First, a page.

Thursday, April 9, 2015

The Rithmatist by Brandon Sanderson

Summary (from Goodreads):
More than anything, Joel wants to be a Rithmatist. Rithmatists have the power to infuse life into two-dimensional figures known as Chalklings. Rithmatists are humanity’s only defense against the Wild Chalklings. Having nearly overrun the territory of Nebrask, the Wild Chalklings now threaten all of the American Isles.

As the son of a lowly chalkmaker at Armedius Academy, Joel can only watch as Rithmatist students learn the magical art that he would do anything to practice. Then students start disappearing—kidnapped from their rooms at night, leaving trails of blood. Assigned to help the professor who is investigating the crimes, Joel and his friend Melody find themselves on the trail of an unexpected discovery—one that will change Rithmatics—and their world—forever.
What an awesome story! It always takes me a little longer to read a Sanderson book than it would for me to read something else. I thought I could attribute this to some slow beginnings. But, I like these considerably slow beginnings. I think it’s more that the author heavily focuses on world-building. And I wow, the world-building…I literally always feel like I can see these crazy universes Sanderson creates. And this one was no exception.
Sanderson creates this whole concept of chosen people who train to animate their chalk drawings. Then there’s the defense mechanisms, the circles, and the political strategy involved. Also, each chapter begins with a different example of a drawing –which definitely aided in my understanding of the whole process.
Past the drawings comes the threat in Nebrask of wild chalklings (aka: drawings come to life, under no one’s control) becoming a threat. The Rithmatists are all studying so hard to be able to go help defend their country from such creatures. Then throw in the polical aspects of the school, of the police department, and of even the economy of this world, and well there weren’t a lot of details left out.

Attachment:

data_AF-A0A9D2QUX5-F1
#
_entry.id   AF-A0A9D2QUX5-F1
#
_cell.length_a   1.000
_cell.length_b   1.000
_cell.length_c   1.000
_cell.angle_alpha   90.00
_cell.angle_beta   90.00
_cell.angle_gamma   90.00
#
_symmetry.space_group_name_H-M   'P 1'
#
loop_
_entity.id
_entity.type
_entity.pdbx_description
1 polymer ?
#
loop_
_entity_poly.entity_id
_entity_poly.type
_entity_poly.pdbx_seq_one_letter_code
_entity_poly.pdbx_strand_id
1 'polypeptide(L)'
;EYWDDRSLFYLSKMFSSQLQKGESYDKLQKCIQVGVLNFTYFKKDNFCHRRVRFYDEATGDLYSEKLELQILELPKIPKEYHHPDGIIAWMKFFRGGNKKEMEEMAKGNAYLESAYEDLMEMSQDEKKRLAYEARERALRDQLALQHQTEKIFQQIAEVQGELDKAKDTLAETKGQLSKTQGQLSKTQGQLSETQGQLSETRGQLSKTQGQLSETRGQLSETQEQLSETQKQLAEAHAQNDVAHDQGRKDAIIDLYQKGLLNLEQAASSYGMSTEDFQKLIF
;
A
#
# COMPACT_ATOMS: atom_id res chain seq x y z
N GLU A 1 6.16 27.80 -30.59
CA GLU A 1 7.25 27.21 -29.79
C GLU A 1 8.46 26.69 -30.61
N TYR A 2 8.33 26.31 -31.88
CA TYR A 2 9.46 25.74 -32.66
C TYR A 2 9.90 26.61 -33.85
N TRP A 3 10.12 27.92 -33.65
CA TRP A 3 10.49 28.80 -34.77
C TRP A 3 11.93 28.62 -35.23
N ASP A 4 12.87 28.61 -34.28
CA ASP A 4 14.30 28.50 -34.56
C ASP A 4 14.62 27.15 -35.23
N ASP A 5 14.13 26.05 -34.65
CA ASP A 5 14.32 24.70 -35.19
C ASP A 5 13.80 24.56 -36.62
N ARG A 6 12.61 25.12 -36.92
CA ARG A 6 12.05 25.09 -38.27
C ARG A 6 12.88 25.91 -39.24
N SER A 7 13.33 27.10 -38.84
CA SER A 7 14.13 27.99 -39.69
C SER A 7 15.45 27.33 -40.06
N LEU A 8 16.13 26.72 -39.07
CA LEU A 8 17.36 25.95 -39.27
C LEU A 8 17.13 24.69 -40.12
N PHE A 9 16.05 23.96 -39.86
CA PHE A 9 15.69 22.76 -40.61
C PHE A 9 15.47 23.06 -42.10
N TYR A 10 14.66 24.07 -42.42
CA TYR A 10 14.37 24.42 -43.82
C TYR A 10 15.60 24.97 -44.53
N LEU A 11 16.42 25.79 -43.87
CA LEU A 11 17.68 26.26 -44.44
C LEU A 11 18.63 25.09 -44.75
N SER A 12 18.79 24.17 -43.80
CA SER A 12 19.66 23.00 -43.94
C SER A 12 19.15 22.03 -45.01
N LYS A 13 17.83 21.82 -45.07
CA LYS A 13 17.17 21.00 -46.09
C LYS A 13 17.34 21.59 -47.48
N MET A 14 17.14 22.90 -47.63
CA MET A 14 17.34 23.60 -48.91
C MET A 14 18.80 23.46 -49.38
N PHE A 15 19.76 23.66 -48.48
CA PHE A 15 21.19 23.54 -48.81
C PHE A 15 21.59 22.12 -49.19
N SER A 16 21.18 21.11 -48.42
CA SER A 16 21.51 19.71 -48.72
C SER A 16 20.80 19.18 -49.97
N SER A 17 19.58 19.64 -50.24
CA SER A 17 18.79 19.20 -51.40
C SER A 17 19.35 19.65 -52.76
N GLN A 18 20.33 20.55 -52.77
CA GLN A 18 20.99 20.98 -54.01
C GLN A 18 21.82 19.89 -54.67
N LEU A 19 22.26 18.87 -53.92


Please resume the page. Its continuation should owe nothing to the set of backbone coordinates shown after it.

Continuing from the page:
I also loved the main character. He wasn’t perfect. He needed to be taken down a notch or two. But, he saw that he needed to learn. And he learned form his mistakes. He also seriously helped one of my favorite other characters become a better person/rithmatist. Throw in a fantastic teacher (someone who reminded me of a more reserved older version of Professor Lupin), chalk battles, missing/possibly murdered students, police work, and mystery, and well you get the makings for something rather special. 
I was beyond immersed in this world. I read each minute detail of the chalk drawings. I was biting my nails wishing for the main character to be a rithmatist as much as he did. I was also surprised. There was a little twist in it that had me going, “Oh….”
 This was an extremely fun, interesting read. I recommend it to fantasy fans who don’t mind a lot of world-building. The characters are great. The mystery was just suspenseful enough. And the twist had me surprised. I’m starting to think I will need to read everything by this author. I give it a 10/10.

1 comment:

  1. This is one of the few Sanderson books In have yet to read - but I do own a copy (of pretty much all his books) LOL I'm thrilled that you enjoyed this one so much Nori^^ You're right, Sanderson's world-building skills are off the charts! It's good to see that The Rithmatist is no exception! Oh and I'd say we both 100% NEED to read ALL the Sanderson books :D Lovely review!